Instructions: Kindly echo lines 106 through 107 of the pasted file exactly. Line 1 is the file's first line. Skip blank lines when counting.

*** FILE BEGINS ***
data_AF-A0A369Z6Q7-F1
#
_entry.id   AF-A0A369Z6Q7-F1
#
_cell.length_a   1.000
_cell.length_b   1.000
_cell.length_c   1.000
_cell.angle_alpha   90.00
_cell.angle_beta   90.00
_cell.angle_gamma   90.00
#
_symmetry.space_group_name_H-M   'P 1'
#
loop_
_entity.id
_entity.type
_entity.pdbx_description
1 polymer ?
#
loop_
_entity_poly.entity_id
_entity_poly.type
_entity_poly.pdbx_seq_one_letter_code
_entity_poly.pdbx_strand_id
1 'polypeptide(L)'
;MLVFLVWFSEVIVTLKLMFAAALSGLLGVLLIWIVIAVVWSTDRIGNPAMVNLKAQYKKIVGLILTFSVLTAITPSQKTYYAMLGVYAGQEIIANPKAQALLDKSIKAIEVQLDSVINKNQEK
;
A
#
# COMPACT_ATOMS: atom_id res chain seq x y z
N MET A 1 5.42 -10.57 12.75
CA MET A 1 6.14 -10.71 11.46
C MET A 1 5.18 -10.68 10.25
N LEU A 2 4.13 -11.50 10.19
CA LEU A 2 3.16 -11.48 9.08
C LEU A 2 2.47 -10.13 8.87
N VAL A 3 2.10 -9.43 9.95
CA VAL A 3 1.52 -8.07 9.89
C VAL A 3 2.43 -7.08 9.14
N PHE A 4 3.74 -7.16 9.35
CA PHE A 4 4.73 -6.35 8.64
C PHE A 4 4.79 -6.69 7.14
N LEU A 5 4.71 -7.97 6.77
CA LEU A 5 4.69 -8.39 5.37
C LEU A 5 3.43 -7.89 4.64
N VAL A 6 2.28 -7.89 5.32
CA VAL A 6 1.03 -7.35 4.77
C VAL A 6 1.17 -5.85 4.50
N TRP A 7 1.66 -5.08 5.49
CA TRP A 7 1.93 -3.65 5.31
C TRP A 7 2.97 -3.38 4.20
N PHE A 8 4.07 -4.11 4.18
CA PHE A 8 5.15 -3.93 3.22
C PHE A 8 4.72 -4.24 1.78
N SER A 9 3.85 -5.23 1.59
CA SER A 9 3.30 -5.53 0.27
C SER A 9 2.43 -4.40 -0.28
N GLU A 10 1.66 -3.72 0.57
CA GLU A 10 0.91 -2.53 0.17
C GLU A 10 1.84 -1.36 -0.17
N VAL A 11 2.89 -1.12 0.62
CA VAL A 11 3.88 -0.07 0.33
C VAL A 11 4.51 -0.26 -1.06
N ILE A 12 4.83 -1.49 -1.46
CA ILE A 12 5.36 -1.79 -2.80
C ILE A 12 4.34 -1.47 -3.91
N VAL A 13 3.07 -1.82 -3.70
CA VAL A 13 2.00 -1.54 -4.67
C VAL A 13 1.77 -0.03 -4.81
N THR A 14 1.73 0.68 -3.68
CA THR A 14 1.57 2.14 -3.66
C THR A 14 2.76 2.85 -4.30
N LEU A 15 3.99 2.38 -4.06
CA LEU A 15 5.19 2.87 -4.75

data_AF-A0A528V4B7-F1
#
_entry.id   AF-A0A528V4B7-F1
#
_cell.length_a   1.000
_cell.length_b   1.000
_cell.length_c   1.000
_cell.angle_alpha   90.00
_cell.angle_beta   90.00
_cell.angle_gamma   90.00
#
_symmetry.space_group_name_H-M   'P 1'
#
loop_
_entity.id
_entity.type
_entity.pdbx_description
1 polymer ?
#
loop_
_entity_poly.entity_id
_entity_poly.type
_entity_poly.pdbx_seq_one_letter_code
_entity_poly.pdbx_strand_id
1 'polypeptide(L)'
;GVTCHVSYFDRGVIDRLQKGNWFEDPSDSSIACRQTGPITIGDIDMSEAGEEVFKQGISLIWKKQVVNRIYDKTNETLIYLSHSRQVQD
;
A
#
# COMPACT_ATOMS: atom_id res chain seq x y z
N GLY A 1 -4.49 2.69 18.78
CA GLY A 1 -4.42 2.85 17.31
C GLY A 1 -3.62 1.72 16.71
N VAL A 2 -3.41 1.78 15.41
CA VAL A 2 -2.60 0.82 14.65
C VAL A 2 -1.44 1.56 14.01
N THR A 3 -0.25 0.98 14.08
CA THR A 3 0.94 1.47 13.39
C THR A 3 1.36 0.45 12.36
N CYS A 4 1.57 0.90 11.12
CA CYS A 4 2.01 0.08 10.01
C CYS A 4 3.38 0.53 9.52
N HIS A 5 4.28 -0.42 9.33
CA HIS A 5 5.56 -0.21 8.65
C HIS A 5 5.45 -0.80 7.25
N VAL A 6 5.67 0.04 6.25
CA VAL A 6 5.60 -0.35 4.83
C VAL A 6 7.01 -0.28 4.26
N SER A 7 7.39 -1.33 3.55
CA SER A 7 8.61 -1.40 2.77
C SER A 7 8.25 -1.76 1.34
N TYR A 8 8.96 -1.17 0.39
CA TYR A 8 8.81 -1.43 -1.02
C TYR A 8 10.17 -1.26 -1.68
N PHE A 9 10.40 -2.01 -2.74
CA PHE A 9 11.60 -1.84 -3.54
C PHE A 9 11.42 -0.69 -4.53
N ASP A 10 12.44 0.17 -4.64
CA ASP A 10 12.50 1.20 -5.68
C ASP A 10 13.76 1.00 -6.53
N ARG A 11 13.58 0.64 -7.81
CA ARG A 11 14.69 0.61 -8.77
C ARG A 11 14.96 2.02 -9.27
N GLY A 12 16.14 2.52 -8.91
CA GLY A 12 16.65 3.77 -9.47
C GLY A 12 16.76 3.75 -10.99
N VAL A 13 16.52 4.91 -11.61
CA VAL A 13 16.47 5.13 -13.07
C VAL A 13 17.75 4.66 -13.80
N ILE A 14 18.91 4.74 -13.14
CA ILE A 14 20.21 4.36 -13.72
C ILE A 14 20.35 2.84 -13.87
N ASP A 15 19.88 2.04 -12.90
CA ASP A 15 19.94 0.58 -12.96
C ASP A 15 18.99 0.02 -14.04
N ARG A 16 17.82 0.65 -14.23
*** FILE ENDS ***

CA GLY A 1 -4.42 2.85 17.31
C GLY A 1 -3.62 1.72 16.71